April 13, 2012

Preferred Servs. v Country Wide Ins. Co. (2012 NY Slip Op 22098)


The court considered the facts of a no-fault first-party action which was validly settled, but there was a dispute over the intended amount of the settlement. The plaintiff drafted a proposed settlement agreement, and the defendant made and initialed several handwritten changes to the document. The plaintiff did not object to the changes, nor took any other action in the case for a full six months. The issues decided were whether the defendant's proposed modifications to the agreement were accepted by the plaintiff through their "acquiescent conduct," and whether the judgment at issue could be considered a default judgment. The holding was that the plaintiff, through their acquiescent conduct, accepted and was bound by the stipulation's revised terms, and the judgment at issue was not a default judgment as it was erroneously treated as by the lower court.

Reported in New York Official Reports at Preferred Servs. v Country Wide Ins. Co. (2012 NY Slip Op 22098)

Preferred Servs. v Country Wide Ins. Co. (2012 NY Slip Op 22098)
Preferred Servs. v Country Wide Ins. Co.
2012 NY Slip Op 22098 [35 Misc 3d 66]
Accepted for Miscellaneous Reports Publication
Published by New York State Law Reporting Bureau pursuant to Judiciary Law § 431.
As corrected through Wednesday, June 20, 2012


Preferred Services, as Assignee of Oreste Civil, Respondent,
Country Wide Insurance Company, Appellant.

Supreme Court, Appellate Term, First Department, April 13, 2012


Jaffe & Koumourdas, LLP, New York City (Ariel S. Lichterman of counsel), for appellant. Gina Gleicher and Leon Kucherovsky, New York City, for respondent.

{**35 Misc 3d at 67} OPINION OF THE COURT

Per Curiam.

Order entered April 9, 2010, modified by granting defendant’s motion to the extent of reducing the amount of the judgment entered against it to the aggregate sum of $1,251; as modified, order affirmed, without costs.

The parties agree that the underlying no-fault first-party action was validly settled, but join issue as to the intended amount of the settlement. The facts leading up to the settlement are undisputed and may be briefly stated as follows: Plaintiff, through counsel, drafted and presented a proposed settlement agreement, dated October 21, 2008, which set forth all material terms of the settlement and provided, in paragraph 4, that “[t]his case is not settled unless this stipulation is signed by a representative of defendant and faxed back to [plaintiff’s attorney].” Upon receipt of plaintiff’s proposal, defense counsel made and initialed several handwritten changes to paragraph 2 of the document—addressing the consequences of a payment default on defendant’s part—with the changes designed to extend the time allotted to defendant to comply with the agreement’s payment terms and, more importantly here, to reduce defendant’s payment obligations in the event it failed to comply. So far as shown, plaintiff voiced no objection to the modifications proposed by defendant nor took any other action in the case for a full six months after defense counsel marked up and returned the stipulation, until March 2009, when plaintiff entered judgment in accordance with the original terms of the stipulation favorable to it.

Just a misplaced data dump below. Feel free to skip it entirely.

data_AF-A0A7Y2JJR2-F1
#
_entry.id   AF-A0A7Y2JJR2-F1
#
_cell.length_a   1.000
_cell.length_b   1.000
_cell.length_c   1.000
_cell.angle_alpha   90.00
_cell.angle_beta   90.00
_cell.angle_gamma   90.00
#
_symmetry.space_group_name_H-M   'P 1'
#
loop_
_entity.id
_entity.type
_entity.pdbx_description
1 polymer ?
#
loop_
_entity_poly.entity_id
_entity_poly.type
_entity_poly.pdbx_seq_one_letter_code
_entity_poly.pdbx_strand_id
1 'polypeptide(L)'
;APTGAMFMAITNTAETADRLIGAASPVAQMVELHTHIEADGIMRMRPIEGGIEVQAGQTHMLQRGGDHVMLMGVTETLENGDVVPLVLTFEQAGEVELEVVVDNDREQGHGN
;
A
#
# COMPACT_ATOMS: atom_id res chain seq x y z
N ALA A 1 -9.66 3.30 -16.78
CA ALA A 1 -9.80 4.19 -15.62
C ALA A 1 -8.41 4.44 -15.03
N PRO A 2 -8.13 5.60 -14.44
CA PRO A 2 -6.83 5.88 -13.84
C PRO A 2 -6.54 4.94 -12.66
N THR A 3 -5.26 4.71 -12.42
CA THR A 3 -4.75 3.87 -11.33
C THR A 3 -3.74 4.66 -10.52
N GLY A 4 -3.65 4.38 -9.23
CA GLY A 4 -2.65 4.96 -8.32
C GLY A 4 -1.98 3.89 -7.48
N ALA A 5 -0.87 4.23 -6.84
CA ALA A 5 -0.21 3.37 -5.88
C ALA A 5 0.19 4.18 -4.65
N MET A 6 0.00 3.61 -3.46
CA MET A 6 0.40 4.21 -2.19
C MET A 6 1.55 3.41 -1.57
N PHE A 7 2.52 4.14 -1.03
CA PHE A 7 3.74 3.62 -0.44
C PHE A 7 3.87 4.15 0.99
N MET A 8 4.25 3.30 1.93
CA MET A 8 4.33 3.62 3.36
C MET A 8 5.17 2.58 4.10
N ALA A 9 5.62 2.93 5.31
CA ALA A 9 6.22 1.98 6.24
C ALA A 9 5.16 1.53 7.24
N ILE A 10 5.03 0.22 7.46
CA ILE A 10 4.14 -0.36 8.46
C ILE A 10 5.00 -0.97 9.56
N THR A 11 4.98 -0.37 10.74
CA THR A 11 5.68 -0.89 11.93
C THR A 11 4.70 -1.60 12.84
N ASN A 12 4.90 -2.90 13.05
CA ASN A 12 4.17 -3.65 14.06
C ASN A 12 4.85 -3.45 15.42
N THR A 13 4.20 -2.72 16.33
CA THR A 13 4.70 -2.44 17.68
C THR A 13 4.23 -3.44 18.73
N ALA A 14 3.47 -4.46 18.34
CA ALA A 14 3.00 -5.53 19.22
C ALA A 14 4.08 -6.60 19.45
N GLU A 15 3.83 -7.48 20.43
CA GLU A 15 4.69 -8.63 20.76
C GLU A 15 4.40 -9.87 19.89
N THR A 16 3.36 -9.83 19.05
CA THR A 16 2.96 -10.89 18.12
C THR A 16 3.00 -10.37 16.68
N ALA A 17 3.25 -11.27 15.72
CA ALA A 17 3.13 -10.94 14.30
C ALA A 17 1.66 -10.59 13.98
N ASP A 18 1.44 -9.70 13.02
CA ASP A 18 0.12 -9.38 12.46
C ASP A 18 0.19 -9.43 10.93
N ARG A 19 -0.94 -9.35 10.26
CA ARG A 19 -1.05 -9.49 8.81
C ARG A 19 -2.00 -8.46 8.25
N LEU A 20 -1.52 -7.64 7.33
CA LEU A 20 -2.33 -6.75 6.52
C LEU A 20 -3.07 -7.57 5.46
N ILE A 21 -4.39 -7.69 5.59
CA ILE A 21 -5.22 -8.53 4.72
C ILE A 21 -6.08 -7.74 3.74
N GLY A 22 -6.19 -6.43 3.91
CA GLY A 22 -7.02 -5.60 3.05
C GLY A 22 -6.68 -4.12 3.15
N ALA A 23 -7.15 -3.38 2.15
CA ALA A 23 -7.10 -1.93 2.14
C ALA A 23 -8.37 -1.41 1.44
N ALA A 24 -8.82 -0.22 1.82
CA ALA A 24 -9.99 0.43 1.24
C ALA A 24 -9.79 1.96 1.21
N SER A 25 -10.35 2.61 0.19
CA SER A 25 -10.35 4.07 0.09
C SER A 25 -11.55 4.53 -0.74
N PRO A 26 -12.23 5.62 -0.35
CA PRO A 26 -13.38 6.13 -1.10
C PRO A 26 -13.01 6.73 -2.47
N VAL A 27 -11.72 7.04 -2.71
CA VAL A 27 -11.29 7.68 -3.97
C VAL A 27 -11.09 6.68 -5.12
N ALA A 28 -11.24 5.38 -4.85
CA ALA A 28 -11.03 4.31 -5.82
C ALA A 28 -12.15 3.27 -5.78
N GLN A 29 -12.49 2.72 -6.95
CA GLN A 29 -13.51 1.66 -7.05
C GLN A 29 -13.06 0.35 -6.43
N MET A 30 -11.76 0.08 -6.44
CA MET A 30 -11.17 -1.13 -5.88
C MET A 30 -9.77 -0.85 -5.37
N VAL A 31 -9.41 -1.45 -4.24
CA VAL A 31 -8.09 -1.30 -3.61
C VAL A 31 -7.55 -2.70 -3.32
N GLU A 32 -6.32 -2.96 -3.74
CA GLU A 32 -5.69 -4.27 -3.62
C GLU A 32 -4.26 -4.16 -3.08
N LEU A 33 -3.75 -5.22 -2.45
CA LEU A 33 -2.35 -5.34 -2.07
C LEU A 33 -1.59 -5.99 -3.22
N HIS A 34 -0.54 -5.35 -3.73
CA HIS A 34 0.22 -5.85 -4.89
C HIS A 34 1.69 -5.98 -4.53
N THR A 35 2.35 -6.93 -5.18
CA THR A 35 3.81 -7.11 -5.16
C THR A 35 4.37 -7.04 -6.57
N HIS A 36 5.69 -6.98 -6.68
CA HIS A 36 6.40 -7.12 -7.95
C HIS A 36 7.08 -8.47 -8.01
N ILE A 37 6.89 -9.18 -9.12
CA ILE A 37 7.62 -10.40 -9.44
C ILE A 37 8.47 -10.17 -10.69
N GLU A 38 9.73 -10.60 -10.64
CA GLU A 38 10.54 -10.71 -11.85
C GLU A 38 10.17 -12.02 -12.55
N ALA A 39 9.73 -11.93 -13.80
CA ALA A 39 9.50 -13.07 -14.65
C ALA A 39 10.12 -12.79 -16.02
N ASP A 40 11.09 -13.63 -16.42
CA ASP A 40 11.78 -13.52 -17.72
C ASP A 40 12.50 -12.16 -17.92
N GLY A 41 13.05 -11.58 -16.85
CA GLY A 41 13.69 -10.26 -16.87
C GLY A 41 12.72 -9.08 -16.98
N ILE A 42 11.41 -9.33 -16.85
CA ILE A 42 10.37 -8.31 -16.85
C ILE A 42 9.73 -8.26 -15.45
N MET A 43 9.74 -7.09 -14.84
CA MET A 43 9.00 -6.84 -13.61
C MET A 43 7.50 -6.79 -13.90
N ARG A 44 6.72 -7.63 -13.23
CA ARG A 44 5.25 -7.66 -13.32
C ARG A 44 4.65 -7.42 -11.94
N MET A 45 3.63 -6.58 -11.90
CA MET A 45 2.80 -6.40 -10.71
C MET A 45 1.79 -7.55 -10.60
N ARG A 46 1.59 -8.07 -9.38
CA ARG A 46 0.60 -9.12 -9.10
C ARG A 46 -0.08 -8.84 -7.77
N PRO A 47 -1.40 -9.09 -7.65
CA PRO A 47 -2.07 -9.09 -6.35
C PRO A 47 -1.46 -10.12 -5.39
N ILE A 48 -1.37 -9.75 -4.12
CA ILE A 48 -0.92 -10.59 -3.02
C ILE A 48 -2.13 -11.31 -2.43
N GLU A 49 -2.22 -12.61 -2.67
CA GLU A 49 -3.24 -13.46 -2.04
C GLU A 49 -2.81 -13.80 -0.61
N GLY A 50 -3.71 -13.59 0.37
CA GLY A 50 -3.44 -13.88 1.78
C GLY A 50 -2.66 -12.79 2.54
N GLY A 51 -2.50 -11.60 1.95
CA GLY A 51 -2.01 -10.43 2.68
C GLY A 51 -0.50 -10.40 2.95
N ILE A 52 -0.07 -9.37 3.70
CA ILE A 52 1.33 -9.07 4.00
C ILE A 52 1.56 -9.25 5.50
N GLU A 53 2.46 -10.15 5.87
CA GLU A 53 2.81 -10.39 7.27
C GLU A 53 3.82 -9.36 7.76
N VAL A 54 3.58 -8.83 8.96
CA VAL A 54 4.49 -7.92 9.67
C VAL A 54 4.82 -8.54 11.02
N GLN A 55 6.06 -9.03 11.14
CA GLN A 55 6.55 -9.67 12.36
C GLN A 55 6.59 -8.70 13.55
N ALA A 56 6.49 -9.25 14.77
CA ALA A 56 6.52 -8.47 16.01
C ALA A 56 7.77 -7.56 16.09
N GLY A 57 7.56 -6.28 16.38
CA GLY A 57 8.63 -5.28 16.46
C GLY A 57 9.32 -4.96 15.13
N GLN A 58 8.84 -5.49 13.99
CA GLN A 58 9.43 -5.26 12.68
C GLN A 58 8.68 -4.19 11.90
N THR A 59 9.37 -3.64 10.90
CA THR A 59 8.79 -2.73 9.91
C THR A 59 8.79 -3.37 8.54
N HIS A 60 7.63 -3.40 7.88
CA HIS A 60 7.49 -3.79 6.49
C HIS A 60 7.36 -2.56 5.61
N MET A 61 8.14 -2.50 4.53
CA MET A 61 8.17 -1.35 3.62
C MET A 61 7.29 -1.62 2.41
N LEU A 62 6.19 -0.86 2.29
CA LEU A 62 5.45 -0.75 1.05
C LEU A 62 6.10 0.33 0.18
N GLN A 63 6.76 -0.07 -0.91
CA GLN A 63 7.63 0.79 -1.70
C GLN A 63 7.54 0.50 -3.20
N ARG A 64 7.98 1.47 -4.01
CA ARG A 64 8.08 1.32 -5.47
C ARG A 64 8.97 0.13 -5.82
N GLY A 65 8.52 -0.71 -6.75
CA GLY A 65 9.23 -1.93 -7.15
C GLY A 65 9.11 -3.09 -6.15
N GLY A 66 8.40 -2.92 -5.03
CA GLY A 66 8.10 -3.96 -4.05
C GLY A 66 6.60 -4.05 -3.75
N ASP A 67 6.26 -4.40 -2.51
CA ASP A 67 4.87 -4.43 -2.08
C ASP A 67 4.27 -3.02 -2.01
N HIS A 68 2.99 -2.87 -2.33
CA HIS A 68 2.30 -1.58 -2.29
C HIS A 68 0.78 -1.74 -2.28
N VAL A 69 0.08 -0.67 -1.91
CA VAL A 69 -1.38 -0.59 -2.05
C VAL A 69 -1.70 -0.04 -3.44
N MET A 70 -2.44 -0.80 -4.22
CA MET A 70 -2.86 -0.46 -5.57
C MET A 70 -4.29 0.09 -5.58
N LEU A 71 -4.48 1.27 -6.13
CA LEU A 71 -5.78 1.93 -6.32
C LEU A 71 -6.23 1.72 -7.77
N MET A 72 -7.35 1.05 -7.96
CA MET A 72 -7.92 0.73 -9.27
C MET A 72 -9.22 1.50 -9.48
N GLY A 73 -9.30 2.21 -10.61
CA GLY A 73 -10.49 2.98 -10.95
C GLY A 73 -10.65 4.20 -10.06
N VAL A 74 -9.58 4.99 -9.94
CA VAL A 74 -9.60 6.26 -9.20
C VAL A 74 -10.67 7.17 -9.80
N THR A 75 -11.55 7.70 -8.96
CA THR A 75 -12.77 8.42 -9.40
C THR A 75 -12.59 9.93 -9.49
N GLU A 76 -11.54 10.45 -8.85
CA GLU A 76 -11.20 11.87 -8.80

Given the particular facts and circumstances of this case, and since plaintiff itself acknowledges that the parties’ correspondence yielded an enforceable settlement agreement, we conclude that plaintiff, through “acquiescent conduct” (Eldor Contr. Corp. v County of Nassau, 272 AD2d 509, 509 [2000])—including its election to forgo any further litigation activity on its no-fault claim—accepted and is bound by the stipulation’s revised terms (see Minelli Constr. Co., Inc. v Volmar Constr., Inc., 82 AD3d 720, 722 [2011]). Accordingly, the amount of the consent [*2]judgment issued below must be reduced to the stipulated principal sum of $950, together with the stipulated attorney’s fees ($196) and costs ($105) due plaintiff.

We note finally that the judgment at issue “is not a default judgment as that term is used in pleading and practice, and [the{**35 Misc 3d at 68} motion court’s] application of law relating to vacating default judgments was erroneous” (Furgang v Epstein, 106 AD2d 609, 610 [1984]).

Torres, J.P., Shulman and Hunter, Jr., JJ., concur.